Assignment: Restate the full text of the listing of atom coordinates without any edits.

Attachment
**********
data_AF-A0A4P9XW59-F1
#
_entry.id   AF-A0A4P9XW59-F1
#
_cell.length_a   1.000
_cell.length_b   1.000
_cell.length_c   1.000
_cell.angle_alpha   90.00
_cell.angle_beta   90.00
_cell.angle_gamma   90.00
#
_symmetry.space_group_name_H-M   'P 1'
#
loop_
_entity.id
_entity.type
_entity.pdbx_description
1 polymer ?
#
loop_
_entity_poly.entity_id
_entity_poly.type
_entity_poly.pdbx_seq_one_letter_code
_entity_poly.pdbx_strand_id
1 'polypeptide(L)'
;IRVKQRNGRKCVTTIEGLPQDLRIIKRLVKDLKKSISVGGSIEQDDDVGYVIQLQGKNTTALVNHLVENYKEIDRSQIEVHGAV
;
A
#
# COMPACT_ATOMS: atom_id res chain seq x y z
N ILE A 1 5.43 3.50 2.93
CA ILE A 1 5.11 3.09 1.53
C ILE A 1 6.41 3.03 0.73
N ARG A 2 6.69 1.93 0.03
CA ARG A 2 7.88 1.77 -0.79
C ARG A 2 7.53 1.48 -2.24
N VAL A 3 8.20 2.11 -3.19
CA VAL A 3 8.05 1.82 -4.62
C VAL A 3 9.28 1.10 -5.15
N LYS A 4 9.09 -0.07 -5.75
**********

data_AF-A0A4P9XW59-F1
#
_entry.id   AF-A0A4P9XW59-F1
#
_cell.length_a   1.000
_cell.length_b   1.000
_cell.length_c   1.000
_cell.angle_alpha   90.00
_cell.angle_beta   90.00
_cell.angle_gamma   90.00
#
_symmetry.space_group_name_H-M   'P 1'
#
loop_
_entity.id
_entity.type
_entity.pdbx_description
1 polymer ?
#
loop_
_entity_poly.entity_id
_entity_poly.type
_entity_poly.pdbx_seq_one_letter_code
_entity_poly.pdbx_strand_id
1 'polypeptide(L)'
;IRVKQRNGRKCVTTIEGLPQDLRIIKRLVKDLKKSISVGGSIEQDDDVGYVIQLQGKNTTALVNHLVENYKEIDRSQIEVHGAV
;
A
#
# COMPACT_ATOMS: atom_id res chain seq x y z
N ILE A 1 5.43 3.50 2.93
CA ILE A 1 5.11 3.09 1.53
C ILE A 1 6.41 3.03 0.73
N ARG A 2 6.69 1.93 0.03
CA ARG A 2 7.88 1.77 -0.79
C ARG A 2 7.53 1.48 -2.24
N VAL A 3 8.20 2.11 -3.19
CA VAL A 3 8.05 1.82 -4.62
C VAL A 3 9.28 1.10 -5.15
N LYS A 4 9.09 -0.07 -5.75